The study aids also help us to connect Holy Scripture with our own lives. For example, “Articles throughout this Bible discuss many of the contemporary social, personal, and spiritual issues that we face each day. By connecting these very real issues to the Scriptures, the articles help the Bible become more meaningful to us and can have a very direct impact on our lives and the choices we make.”

In the opening article, “The Bible: A Light on Our Path,” readers learn about the 5-step process that brought us the Bible, beginning with the events themselves and ending with the biblical canon, which “claims that this book is inspired by God and therefore faithfully teaches those truths that God wishes to teach us for the sake of our salvation.” And so, “This means that the Church cannot teach something that contradicts the Scriptures. However, the Church can teach a truth that has its roots, but not its full flowering, in the Scriptures, as well as something on which the Scriptures remain silent.”

“Understanding Genres and Literary Forms” and “Understanding the Bible in Its Historical and Cultural Contexts” give us useful tools with other helps discussed in “Reading the Bible: Tools for Understanding.” For example, almost everyone with a television set has seen posters with “John 3:16” without necessarily knowing what that means! This article explains by saying, “To locate a particular passage within the Scriptures, three pieces of information are necessary: the name of the book, the chapter, and the particular verse,” then uses John 3:16 as an example.

Other study aids include introductions to each section of the Bible (Pentateuch, Wisdom, Gospels, etc.) with important background information on each individual book. “The Three-Year Cycle of Sunday Lectionary Readings,” a glossary, excellent maps, and a biblical timeline have been included too.

I especially appreciate line drawings throughout the text to show such items as the Ark of the Covenant as well as colorful inserts of “Biblical Art” and charts on such topics as “The Names of God,” the “Deities of the Ancient Middle East,” the “Wonders, Miracles, and Signs in the Old Testament” and the New. In addition, inserts on the significance of numbers, colors, festivals, and more help us to understand the original intent, which is what each of the study aids aims to do, making this edition highly recommended for adults of all ages who want to embrace more fully God’s Word.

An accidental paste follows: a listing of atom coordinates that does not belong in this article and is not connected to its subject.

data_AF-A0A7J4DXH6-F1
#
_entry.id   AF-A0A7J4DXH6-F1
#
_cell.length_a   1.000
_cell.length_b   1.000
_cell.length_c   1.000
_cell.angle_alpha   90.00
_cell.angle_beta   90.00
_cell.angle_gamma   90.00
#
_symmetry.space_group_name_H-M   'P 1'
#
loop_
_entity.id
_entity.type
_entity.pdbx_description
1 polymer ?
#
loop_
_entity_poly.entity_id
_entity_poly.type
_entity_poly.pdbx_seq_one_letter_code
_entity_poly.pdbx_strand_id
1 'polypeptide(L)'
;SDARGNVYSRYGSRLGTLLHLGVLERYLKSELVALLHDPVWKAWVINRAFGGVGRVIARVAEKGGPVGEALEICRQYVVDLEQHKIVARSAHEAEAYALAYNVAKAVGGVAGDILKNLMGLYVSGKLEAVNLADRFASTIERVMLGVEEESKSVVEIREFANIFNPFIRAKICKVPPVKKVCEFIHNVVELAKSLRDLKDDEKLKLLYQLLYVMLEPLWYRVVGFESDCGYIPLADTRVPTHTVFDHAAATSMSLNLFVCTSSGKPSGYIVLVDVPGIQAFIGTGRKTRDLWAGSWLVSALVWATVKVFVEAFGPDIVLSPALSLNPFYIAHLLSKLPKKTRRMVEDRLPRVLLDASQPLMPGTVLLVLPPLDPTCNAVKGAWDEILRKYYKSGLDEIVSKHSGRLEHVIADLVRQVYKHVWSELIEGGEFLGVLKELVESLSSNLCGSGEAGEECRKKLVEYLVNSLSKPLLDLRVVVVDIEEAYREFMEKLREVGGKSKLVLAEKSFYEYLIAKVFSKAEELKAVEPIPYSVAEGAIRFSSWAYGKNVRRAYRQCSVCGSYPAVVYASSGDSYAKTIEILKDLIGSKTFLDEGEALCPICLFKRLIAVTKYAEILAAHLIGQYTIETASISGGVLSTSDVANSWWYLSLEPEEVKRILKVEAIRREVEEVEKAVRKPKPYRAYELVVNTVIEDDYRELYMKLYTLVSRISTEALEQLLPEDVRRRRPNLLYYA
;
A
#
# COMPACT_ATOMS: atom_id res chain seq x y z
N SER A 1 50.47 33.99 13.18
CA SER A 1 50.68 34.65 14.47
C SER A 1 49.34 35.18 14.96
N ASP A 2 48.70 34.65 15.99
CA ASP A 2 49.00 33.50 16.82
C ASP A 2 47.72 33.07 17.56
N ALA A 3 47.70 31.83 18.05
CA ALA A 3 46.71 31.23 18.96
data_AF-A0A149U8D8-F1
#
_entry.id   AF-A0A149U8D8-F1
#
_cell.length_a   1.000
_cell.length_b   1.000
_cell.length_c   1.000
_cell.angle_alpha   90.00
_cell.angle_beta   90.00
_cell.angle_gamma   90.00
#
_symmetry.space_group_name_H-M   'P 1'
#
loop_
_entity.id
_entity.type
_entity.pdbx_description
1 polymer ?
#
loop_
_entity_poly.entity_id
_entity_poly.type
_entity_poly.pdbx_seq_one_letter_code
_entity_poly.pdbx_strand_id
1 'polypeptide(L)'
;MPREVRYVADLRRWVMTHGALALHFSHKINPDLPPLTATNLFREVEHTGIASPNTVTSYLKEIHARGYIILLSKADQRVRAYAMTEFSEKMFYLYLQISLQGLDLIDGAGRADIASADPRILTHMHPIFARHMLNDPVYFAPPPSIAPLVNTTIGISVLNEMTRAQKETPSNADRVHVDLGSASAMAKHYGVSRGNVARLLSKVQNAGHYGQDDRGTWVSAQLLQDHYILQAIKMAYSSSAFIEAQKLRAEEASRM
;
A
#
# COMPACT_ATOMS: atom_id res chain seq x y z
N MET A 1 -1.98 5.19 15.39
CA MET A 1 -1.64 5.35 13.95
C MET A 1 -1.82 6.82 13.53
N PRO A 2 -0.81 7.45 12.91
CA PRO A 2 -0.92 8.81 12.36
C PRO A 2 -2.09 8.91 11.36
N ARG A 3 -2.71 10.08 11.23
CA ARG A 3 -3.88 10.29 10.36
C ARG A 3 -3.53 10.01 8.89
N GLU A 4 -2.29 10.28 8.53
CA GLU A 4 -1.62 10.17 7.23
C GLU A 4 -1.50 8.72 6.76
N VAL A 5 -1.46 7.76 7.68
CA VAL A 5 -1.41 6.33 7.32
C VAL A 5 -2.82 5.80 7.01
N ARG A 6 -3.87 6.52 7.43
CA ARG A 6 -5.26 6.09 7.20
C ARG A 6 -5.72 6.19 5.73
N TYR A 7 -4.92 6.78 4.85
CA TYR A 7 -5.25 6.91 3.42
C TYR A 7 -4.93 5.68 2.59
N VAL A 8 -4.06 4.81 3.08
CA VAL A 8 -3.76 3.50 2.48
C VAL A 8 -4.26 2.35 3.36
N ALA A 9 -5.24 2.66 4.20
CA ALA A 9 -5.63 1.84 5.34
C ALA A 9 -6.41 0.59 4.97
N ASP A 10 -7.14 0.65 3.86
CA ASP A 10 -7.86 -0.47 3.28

©2014, Mary Harwell Sayler, poet, writer, and reviewer, is a lifelong lover of Christ, the Bible, and the church in all its parts.


Saint Mary’s Press College Study Bible, paperback



April 26, 2014

Essential Guide to Biblical Life and Times

Over the years I’ve acquired a number of hefty books on Bible times, peoples, and places with lots of color photographs and all sorts of information to refer to as I study for my Bible discussion group or write about a Bible topic. When the slender review copy of the Essential Guide to Biblical Life and Times arrived from Saint Mary’s Press, however, I just started reading and enjoying it as I would almost any interesting book.

With short articles ranging from Afterlife, Agriculture, and Anointing to Torah, War, and Women, the author Martin C. Albl reminds us that the Bible not only came to us in Hebrew, Aramaic, and Greek, but people “lived in societies and cultures…very different from our modern American experiences.”

In “Approaching the Biblical Societies and Cultures,” the author defines society as “social structures of institutions...established by a particular people,” whereas “Culture refers to the basic values, beliefs, and practices...shared by a special group.”

With the subjects of society and cultures clearly in focus, the book covers these major areas:

• social and political institutions, including study of the family or kinship system and political structures

• social customs, including dance, music, and hair and dress styles

• general cultural beliefs and values, including beliefs about human nature, sexuality, sickness and healing, and beliefs about the structure of the universe(cosmology)

• religious beliefs and institutions, including beliefs about purity, sacrifices, sin, and spiritual powers, as well as the synagogue and Temple systems in which these beliefs functioned

• economic structures, including professions in agriculture, fishing, and shepherding, as well as a consideration of the money, tax, and debt systems within the context of patron-client structures


Reading the book will give you a good idea of how the apostles went fishing or how the women did their hair and how everyone celebrated certain feast and festivals.